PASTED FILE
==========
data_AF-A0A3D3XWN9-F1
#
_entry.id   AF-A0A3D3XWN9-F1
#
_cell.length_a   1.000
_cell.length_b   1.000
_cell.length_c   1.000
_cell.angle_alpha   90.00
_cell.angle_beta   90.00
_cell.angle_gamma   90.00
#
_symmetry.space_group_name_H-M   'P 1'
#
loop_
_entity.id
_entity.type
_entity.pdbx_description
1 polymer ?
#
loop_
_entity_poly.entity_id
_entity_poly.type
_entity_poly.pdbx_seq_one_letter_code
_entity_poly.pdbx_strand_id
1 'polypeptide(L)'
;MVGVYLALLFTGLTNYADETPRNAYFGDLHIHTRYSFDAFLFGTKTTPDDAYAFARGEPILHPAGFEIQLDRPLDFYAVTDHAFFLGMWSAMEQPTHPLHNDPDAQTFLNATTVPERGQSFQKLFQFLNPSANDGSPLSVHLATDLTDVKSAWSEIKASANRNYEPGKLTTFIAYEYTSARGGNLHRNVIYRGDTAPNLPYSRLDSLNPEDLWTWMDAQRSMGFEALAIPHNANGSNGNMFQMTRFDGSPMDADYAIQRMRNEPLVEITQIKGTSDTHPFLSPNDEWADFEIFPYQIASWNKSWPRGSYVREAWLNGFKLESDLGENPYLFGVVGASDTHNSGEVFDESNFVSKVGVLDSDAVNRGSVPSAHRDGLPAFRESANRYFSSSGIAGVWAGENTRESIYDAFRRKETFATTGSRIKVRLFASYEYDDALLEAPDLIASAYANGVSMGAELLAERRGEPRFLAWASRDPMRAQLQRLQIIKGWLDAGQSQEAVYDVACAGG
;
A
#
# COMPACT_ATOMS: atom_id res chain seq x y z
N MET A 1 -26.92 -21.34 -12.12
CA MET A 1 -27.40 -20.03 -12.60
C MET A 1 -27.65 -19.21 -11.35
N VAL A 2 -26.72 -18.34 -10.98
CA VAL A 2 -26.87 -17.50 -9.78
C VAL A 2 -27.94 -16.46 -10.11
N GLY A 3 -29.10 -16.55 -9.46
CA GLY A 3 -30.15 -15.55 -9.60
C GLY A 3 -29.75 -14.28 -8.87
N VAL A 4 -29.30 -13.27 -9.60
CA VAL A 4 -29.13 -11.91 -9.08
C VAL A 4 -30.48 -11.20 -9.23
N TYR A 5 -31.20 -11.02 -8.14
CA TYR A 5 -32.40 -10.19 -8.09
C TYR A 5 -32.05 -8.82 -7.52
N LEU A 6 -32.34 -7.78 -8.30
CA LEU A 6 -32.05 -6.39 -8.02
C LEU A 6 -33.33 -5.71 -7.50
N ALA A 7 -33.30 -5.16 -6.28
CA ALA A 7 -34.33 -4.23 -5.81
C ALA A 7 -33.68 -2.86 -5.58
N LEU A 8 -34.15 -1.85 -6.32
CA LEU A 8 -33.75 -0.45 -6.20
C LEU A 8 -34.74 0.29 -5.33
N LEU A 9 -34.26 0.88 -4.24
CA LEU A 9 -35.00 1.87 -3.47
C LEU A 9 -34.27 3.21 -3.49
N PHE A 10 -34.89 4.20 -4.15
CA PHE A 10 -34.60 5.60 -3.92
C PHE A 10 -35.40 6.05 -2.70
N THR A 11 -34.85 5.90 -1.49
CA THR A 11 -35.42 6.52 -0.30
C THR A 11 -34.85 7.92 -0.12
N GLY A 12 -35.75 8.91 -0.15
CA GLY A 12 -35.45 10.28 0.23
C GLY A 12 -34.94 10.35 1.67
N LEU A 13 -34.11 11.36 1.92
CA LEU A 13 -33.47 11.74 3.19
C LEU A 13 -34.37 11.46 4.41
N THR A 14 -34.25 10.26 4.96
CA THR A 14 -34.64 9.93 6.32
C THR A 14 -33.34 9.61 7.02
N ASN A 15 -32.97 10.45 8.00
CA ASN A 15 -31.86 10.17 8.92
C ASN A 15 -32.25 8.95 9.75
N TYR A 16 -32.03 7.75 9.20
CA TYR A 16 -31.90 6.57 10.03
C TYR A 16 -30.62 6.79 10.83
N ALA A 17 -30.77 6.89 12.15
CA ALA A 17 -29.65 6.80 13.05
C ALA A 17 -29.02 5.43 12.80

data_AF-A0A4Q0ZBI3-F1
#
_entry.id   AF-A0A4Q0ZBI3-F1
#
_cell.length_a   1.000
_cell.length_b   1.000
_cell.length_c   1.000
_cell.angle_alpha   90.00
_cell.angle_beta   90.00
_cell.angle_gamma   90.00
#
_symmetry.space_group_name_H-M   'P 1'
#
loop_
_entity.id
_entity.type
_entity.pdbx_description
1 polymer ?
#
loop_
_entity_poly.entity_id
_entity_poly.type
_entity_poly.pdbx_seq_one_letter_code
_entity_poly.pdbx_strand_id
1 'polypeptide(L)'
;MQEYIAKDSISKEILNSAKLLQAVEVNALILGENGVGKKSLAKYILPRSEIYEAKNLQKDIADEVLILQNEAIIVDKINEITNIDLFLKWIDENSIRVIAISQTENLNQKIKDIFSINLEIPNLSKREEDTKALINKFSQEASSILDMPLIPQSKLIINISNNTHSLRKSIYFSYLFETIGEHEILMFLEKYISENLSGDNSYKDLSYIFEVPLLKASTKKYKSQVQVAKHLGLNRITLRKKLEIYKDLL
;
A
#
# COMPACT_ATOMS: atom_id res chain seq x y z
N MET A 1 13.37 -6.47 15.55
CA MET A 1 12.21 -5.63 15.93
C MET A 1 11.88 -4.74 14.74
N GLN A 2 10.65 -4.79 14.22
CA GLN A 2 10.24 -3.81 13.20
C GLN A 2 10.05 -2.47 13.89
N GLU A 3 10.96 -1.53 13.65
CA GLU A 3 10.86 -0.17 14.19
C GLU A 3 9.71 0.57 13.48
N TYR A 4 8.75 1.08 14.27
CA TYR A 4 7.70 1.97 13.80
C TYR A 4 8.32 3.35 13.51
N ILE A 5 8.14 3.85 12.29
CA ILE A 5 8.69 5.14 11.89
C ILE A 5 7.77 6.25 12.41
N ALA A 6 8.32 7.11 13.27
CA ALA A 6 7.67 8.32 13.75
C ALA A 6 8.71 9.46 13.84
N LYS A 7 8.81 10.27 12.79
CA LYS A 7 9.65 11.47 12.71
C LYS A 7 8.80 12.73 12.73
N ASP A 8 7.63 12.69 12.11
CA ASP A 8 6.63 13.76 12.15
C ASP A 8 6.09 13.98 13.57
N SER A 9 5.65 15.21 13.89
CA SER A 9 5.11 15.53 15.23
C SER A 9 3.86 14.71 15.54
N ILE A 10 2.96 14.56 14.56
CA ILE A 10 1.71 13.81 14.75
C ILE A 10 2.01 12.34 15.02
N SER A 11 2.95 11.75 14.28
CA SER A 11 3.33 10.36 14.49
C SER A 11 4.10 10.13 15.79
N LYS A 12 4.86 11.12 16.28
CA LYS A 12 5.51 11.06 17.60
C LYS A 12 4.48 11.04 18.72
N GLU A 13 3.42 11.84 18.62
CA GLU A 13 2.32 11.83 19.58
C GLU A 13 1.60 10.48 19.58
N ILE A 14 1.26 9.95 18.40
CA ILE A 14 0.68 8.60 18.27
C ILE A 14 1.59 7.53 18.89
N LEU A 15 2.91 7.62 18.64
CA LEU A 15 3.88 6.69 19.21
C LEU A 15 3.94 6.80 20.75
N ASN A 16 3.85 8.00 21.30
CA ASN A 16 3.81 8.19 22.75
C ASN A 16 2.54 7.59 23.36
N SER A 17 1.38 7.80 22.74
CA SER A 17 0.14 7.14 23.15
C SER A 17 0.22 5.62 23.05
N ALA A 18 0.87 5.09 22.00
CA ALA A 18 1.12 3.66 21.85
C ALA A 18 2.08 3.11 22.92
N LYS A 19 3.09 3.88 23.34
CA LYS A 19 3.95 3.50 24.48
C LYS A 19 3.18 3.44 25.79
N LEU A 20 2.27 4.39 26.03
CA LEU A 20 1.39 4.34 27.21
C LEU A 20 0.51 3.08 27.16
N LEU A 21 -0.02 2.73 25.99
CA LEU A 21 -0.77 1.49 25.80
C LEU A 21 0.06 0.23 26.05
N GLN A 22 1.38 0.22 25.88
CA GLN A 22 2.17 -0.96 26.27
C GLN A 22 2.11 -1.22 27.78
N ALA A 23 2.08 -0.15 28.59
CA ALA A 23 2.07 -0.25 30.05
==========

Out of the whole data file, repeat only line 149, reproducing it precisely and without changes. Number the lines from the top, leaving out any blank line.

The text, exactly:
CA GLU A 13 2.32 11.83 19.58